Tax avoidance drives nearly 40% of global FDI: IMF
Nearly 40% of worldwide foreign direct investment (FDI), amounting to $15trn, “passes through empty corporate shells” with “no real business activities”, a study by the IMF and the University of Copenhagen reveals.
According to the report, ten economies including Luxembourg, the Netherlands, Hong Kong, BVI, Switzerland, Singapore, Ireland, the Cayman Islands and Mauritius host more than 85% of those $15trn phantom investments.
Luxembourg’s roughly $4trn in phantom FDI inflows alone are equivalent to annual direct investment in the U.S., according to the report.
Even if the empty corporate shells have no or few employees in the host economy and do not pay corporate taxes, they still contribute to the local economy”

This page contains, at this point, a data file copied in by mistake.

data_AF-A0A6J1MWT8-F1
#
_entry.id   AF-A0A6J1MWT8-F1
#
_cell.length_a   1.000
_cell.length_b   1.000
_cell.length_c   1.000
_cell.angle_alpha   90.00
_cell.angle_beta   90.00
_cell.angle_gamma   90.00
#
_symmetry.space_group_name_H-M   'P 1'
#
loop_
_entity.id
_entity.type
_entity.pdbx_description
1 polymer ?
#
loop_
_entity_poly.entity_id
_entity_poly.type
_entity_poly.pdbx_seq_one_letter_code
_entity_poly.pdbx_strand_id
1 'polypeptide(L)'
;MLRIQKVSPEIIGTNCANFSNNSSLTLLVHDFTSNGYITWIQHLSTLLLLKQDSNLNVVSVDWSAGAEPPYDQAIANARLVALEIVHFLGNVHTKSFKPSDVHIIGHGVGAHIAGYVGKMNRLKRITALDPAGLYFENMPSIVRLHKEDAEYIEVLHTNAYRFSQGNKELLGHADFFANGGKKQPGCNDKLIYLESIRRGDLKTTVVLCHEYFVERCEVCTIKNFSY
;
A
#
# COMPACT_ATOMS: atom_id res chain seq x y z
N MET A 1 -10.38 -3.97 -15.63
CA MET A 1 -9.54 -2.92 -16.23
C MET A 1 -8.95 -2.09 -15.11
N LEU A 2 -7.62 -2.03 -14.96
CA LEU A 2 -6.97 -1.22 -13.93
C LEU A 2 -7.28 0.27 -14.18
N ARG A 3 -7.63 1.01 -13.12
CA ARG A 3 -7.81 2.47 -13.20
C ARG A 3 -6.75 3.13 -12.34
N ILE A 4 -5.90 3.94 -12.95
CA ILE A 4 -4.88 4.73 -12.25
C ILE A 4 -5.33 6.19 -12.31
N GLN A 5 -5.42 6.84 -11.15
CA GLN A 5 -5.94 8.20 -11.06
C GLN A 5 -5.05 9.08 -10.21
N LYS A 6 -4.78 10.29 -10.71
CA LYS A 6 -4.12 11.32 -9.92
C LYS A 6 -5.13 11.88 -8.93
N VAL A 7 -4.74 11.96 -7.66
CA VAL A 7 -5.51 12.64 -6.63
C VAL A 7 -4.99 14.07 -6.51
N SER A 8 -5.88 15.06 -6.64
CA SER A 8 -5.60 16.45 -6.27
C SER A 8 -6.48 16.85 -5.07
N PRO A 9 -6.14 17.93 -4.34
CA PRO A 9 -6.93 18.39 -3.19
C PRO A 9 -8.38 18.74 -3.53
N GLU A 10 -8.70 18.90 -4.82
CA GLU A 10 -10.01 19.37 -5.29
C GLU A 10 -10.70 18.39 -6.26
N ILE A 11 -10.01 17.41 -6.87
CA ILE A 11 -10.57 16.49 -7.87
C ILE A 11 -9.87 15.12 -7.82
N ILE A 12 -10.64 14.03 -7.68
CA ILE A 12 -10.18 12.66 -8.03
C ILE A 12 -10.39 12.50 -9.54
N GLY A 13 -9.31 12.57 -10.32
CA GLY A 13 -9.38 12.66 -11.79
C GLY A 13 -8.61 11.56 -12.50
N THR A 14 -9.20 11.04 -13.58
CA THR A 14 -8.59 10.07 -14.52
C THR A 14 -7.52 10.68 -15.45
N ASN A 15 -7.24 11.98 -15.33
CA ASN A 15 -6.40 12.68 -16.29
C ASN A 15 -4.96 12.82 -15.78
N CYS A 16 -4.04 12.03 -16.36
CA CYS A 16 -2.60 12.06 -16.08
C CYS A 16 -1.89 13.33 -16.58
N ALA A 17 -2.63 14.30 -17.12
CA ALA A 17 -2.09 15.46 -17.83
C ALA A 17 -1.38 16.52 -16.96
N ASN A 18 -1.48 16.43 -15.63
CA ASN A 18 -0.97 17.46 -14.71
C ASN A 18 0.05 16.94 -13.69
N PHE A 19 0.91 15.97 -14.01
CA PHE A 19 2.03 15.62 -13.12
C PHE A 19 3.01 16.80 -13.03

“Even if the empty corporate shells have no or few employees in the host economy and do not pay corporate taxes, they still contribute to the local economy” by using local financial services and paying fees, write the authors Jannick Damgaard, Thomas Elkjaer, and Niels Johannesen.
“Phantom” FDI is channeled through shell companies known as special-purpose entities that have no real business activities, according to the report.
Such flows grew by roughly half over the five years to 2017, rising to 38% of total FDI from about 31% in 2010, the study finds. To put it in perspective, phantom capital in 2017 was equivalent of the combined GDP of China and Germany in that year.
The findings come at a time when governments are trying to clamp down on multinational corporate tax avoidance.
The Organization for Economic Cooperation and Development is drafting new international rules to block tax avoidance, but some countries are taking their own initiative. The UK will impose a digital tax on technology companies like Google, Amazon.com and Facebook next year.
“No matter which road policymakers choose, one fact remains clear: international cooperation is the key to dealing with taxation in today’s globalized economic environment,” write the authors of the IMF report.